Humanities Writing Competition

Entrants, supporters, students and fellows with the Mistress.

2019-20 Competition

Girton College Humanities Writing Competition


Girton’s Humanities Writing Competition is for students in Year 12 (or equivalent) who have an interest in the Humanities. Students will submit an essay based on one or more objects selected from the College’s small antiquities museum, the Lawrence Room.

This competition is an opportunity for research and writing beyond the curriculum using one or more of the museum objects as your focus. Essays or creative responses (such as dramatic monologues or short stories) are equally welcome. We are looking for the ability to connect different areas of knowledge, to think about details and to communicate clearly.

Closing Date: 5pm on Friday, 13th March 2020

Prizes: Up to £200 cash and £200-worth of books from Cambridge University Press, the latter to be shared between the winning entrant/s and their school/s. The prize fund may be divided between winning entrants.


About the Lawrence Room

Named after a Girton student, the Lawrence Room contains Anglo-Saxon finds from the College grounds, Egyptian material including the rare portrait mummy ‘Hermione’, and Mediterranean material from the Classical and pre-Classical worlds.


Further Information

Competition Poster 2019 20

Competition Information 2019 20

2018-19 Prizegiving

The prize-giving ceremony for the 2018-19 finalists was held on Thursday 25 April, during which four entrants visited the college.

After arriving at college, the group browsed the Lawrence Room museum with two competition judges and College Fellows, Dr Caroline Brett and Dr Gillian Jondorf. This was an opportunity for the students to view the objects that they had written about, and to see the other exciting artefacts held in the College’s museum. Following this, current Girton undergraduate students took the group on a tour of the College and gave them an insight into life as a student, as well as the history of Girton College. Finally, students were presented with their certificates during afternoon tea with the Mistress of the College, competition judges, and current undergraduate students.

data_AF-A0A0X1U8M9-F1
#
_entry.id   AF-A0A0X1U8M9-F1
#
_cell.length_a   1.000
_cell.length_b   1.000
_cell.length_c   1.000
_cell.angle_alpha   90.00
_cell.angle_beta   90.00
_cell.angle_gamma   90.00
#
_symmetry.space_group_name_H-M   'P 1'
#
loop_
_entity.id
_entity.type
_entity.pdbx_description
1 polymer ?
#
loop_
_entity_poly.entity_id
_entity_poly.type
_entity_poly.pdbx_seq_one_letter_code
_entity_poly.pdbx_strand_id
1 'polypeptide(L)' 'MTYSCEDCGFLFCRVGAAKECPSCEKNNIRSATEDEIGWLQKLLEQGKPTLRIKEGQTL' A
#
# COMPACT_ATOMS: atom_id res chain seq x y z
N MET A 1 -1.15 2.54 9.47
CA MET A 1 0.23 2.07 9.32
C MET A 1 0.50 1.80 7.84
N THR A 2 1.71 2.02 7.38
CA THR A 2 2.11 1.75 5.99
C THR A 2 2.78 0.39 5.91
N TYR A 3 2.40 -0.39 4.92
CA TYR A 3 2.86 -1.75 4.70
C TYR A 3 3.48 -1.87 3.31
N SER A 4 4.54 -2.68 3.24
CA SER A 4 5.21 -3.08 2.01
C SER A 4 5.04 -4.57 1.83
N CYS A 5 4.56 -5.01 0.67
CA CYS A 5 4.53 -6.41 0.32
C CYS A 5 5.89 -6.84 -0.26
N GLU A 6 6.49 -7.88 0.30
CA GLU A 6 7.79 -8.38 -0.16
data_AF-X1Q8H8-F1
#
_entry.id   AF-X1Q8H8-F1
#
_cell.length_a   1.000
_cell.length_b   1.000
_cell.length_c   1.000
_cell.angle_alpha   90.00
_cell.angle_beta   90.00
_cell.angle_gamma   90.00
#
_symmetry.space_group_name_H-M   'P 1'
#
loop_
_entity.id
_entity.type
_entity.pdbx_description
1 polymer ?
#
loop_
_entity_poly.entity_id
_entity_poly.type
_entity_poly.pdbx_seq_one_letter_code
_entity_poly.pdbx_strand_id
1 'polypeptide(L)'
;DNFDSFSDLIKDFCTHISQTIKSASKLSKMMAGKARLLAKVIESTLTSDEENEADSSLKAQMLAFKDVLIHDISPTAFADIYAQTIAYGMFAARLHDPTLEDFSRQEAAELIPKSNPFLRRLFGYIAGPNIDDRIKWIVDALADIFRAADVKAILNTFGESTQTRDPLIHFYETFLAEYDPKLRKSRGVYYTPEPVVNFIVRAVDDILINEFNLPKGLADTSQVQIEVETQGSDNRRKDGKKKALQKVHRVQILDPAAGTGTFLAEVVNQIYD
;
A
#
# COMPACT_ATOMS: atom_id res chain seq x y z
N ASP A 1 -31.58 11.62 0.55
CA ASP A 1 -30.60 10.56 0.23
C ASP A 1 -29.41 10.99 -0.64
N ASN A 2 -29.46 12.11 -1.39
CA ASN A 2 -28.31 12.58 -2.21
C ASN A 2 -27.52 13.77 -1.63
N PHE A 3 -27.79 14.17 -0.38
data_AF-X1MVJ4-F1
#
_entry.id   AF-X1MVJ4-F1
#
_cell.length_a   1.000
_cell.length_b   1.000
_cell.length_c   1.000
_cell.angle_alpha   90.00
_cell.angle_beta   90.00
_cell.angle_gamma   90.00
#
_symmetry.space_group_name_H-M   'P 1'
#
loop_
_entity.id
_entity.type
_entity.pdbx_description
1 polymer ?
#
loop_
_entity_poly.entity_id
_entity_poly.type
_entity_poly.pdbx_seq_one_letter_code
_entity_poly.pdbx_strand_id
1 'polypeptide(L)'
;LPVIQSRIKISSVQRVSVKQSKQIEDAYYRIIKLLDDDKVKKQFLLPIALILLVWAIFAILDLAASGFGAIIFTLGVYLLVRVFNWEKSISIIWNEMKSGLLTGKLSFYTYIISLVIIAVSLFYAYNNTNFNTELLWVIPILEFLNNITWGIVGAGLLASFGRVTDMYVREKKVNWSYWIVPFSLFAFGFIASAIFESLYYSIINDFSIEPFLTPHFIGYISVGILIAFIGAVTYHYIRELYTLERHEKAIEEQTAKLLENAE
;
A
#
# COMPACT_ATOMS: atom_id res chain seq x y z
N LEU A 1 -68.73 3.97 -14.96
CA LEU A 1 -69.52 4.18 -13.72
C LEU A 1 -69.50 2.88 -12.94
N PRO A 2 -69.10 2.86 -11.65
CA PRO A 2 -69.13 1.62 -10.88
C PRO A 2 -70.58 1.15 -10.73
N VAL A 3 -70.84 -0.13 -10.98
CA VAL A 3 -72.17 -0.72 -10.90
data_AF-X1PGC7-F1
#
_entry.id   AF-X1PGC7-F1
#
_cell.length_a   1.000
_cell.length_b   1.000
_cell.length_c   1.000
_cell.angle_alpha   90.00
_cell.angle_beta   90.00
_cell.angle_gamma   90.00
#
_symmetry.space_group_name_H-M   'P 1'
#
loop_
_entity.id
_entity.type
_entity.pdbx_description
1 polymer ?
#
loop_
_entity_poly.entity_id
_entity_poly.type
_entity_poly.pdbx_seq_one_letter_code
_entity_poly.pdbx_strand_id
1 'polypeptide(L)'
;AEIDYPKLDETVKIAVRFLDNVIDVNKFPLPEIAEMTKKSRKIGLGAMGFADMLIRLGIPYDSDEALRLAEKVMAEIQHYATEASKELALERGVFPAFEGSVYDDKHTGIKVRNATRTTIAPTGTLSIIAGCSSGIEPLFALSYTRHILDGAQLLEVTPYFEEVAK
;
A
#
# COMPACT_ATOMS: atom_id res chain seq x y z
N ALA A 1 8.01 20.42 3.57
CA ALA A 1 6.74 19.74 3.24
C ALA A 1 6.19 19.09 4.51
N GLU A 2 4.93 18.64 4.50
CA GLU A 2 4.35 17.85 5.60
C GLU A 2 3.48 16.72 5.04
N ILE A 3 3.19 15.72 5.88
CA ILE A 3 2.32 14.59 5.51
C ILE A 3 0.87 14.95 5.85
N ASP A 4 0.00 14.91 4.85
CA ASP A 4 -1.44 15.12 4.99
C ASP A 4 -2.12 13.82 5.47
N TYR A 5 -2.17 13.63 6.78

The winning entries from the 2018-19 competition are now on display in the Lawrence Room, which is open to the public from 2pm-4pm on Thursdays.

Girton are grateful to Cambridge University Press and Miss C. Anne Wilson for their kind sponsorship of the competition.


Judges' Feedback 2018-19


The best entrants were clearly ready for research at university level, producing extensively researched, clearly written and well-referenced essays ranging well beyond the set curriculum.  The creative writing was for the most part less inspired. Unfortunately there were quite a few vague, scrappy and poorly written offerings, and a substantial number of general essays on classical subjects which did not discuss any of the set Lawrence Room objects in detail, despite a strong reminder that it is one of the conditions of the competition that their work is based on one or more of the objects listed in the competition information.  As a group, however, the entries showed enthusiasm for the study of past worlds, gave food for thought and enhanced our appreciation of the educational and human value of Girton’s museum collection.  We hope that entering the competition has been an equally positive experience for candidates and schools.


First prize: Alice Hunt, Ampleforth College, for her essay ‘Tanagra figurines: their funerary and religious context’.  The reader commented: ‘A delight to read, wide ranging, thoughtful, nuanced and academically well presented essay on possible ancient contexts and meaning of the Tanagra ‘Aphrodite’’.

Second prize: Jennifer Zhou, Dulwich College, for her essay ‘What factors contributed to the popularity of Tanagra figures in 4th Century Greece?’ ‘Strikingly well written, scholarly use of details’.

Third prize: Zac Copeland-Greene, Manchester Grammar School, for ‘“Divine Intent”? An exploration into a possible Ancient Greek depiction of the divine’ – an essay on the possible identification of the Lawrence Room figurine as Aphrodite, with a very perspicacious presentation of the evidence and good use of images.

The joint runners-up were:

Isabel Lewis, St Martin’s School, ‘Girl or Goddess? Determining the subject of a terracotta figurine’. This essay made the interesting suggestion that the figure with the ball might represent Nausicaa from the Odyssey: the enquiry was wide-ranging with good use of images and attention to detail.

Alexandra Wright, St Olave’s Grammar School, ‘Eden’.  This was a short story in which Hera’s apple of discord is pivotal in a succession of mythical events; it showed a strong knowledge of classical mythology, imaginatively treated, and with a pleasing twist at the end.

For further information on the Humanities Writing Competition,  please email

To find out more about studying humanities subjects at Girton, please see the subject pages.


Humanities Writing Competition
+44 (0)1223 338910